This weekend Autostraddle Deputy Editor Carmen Phillips and I found ourselves texting, with many exclamations!, about Netflix’s The Baby-Sitter’s Club. Carmen, a queer Black Puerto Rican femme, who grew up across Detroit, Brooklyn, and Buffalo reading every single book in sight; me, a white soft butch from rural Georgia who could hardly sit still long enough to finish reading anything when I was growing up; geeking out, as adults, about the easter candy-colored book series that was a touchstone of both of our youths.
It wasn’t just us, of course: Ann M. Martin‘s middle-grades novels gave millions of girls in the ’80s and ’90s the chance to see themselves in Kristy’s tomboy bossiness, Claudia’s funky fashion and creative genius, Mary Anne’s shy studiousness, Stacey’s resilience and “boy-craziness,” Dawn’s earth-loving psychic vibes, Jessi’s compassion and athletic prowess, and Mallory’s over-achieving practicality, long before they were sorting themselves into Hogwarts houses.
Netflix’s BSC adaptation is, to my surprise and delight, a faithful recreation of Stoneybrook, Connecticut and its resident squad of tween entrepreneurs where it needs to be, and a vital update of Martin’s world where Mary Anne is now the biracial daughter of a Black mom and a white dad who finds her voice by advocating for responsible trans healthcare for a trans girl she babysits, Dawn is a Latina activist who’s already got the language and skills she needs to educate her allies and disrupt institutional injustice, Claudia’s Mimi’s devastating past in a Japanese-American internment camp during World War II is juxtaposed to the Trump administration’s cruel and catastrophic family-separation crisis at the Mexican border, and Stacey’s type 1 diabetes is explored through the lens of trauma caused by cyber-bullying.
If that sounds heavy, it’s because growing up in 2020 is heavy, and kids don’t have the luxury of ignoring it: they’re inheriting unprecedented global crises on multiple fronts. There’s a paradoxical and essential gentleness in the series, too. Sure, these girls are name-checking Ruth Bader Ginsberg and dropping Michelle Obama quotes into every day conversation, but they’re also facing down regular middle school problems: crushes and periods and tests and dances and parents and a rival baby-sitting business. But even their most weighty issues are usually solved by the end of a half-hour episode (or sometimes two), with a little hard work, creative thinking, and mostly the power of friendship.
Another delightful thing about this BSC is how legitimately funny it is. Alicia Silverstone plays Kristy’s mom, a brilliant hook for ’90s youths, and the Clueless shout-outs are glorious. Kristy’s step-sister, Karen Brewer, is going through a “spooky phase” and forces Kristy to throw a wake for one of her dolls — “Should we close her eyes?” “No, it’s dark enough in the grave” — and later becomes obsessed with a murder-y ghost story at Camp Moosehead. (A welcome update from the previously named Camp Mohawk.) Dawn’s Aunt Esme is a witch — though, as Carmen, pointed out, the word bruja was right there! — who leads a “new moon share-a-mony” in the woods and calls Mary Anne “a Scorpio if she’s ever seen one” when she runs off after being asked to bare her soul. Marc Evan Jackson plays Mary Anne’s uptight, overbearing dad who nearly has a panic attack when he thinks Claudia and Stacey have invited the Queer Eye crew to redecorate his house. Dawn builds a barricade straight out of Les Miserables to protest income inequality at summer camp. And oh, so much more.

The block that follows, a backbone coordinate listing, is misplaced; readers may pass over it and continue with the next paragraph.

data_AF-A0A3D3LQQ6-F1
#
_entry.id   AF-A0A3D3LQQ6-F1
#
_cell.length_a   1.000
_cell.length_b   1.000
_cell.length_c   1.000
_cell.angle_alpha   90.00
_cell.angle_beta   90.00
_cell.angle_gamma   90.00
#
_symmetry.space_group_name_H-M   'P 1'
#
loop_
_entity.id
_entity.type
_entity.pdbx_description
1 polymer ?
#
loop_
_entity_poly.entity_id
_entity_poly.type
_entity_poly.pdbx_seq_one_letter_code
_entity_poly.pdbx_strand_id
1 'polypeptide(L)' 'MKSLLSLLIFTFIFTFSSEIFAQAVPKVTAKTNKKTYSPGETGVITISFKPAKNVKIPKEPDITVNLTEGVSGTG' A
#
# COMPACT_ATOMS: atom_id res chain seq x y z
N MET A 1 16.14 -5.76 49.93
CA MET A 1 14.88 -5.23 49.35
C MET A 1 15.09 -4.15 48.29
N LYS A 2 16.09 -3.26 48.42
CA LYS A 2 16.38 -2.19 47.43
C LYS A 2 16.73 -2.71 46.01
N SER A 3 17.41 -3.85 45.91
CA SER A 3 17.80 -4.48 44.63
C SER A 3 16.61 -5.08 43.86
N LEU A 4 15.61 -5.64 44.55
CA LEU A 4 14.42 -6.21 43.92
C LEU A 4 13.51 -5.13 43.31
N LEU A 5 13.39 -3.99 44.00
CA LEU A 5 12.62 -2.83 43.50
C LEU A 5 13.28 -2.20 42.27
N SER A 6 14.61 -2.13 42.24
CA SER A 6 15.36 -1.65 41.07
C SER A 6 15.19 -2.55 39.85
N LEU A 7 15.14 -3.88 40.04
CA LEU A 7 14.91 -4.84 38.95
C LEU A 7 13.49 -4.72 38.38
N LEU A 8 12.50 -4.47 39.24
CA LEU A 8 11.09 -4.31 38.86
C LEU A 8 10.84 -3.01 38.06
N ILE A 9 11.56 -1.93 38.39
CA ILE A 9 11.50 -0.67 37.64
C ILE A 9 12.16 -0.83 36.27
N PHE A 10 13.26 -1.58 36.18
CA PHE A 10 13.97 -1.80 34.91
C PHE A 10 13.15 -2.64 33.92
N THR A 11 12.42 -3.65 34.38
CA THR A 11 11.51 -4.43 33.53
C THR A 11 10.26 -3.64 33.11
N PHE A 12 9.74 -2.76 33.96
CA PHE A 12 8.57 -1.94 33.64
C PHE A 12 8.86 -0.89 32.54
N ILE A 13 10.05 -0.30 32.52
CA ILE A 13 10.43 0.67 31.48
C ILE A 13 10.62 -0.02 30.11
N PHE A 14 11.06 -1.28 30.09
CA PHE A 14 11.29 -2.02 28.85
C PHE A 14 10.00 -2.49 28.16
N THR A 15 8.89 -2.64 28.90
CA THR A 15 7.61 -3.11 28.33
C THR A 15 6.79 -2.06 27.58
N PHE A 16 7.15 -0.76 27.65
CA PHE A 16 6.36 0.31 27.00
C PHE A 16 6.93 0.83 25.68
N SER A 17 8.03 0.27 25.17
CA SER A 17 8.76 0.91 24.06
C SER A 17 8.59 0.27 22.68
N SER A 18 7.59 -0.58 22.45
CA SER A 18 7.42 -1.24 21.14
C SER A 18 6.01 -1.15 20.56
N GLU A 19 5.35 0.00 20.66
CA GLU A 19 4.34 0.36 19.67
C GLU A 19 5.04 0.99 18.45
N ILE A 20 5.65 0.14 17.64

While I’ve had a nostalgic fondness for these books all my life, I’m not sure I could have told you, before this adaptation, why I think it’s so magical, why it’s captured the imaginations and hearts of generations of kids and teens. But watching it play out again, anew, I remembered. In a world that trivializes, dismisses, talks over, and ignores the concerns of women and especially girls, The Baby-Sitter’s Club bears witness. Maybe it’s a problem as enormous as climate change, or as low-stakes as blurting out “holla at moi” to someone you have a crush on: Ann M. Martin’s series legitimizes the things girls feel and deal with every day; grants them agency to explore solutions, learn how to set boundaries, resolve inevitable interpersonal conflicts; and offers them a safe bedroom filled with hidden junk food and their best friends see them through.
You want to know if these writers have answered the call and made Kristy Thomas a lesbian, of course. Not yet! She’s definitely the only member of the BSC who isn’t into boys, would rather have head lice (again!) than go to a school dance, thinks all women are just setting themselves up for disappointment with men, and has a lock on androgynous normcore. But there are other queers. Dawn’s dad is gay and in a relationship with another man. There are lesbian teachers. No one bats an eyelash at either of those things the same way Mary Anne understands that Bailey is a trans girl and doesn’t miss a beat in affirming her gender and advocating for her with adults who aren’t paying attention.
While J.K. Rowling, the wealthiest and most famous children’s book author on the planet, was going on another transphobic tirade yesterday on Twitter, I was watching Mary Anne Spier, who made her first appearance on my sister’s bookshelf in 1989, save the day. She called Bailey’s doctors, who were misgendering her, into the hallway of the hospital and demanded they listen. “I know you guys are busy,” she said, “but as you would see, if you looked at her and not her chart, Bailey is not a boy, and by treating her like one, you are completely ignoring who she is. You’re making her feel insignificant and humiliated, and that’s not going to make her feel good, or safe, or calm. So, from here on out, please recognize her for who she is.”
In 2020, we’re not Gryffindors — we’re Mary Annes all over again.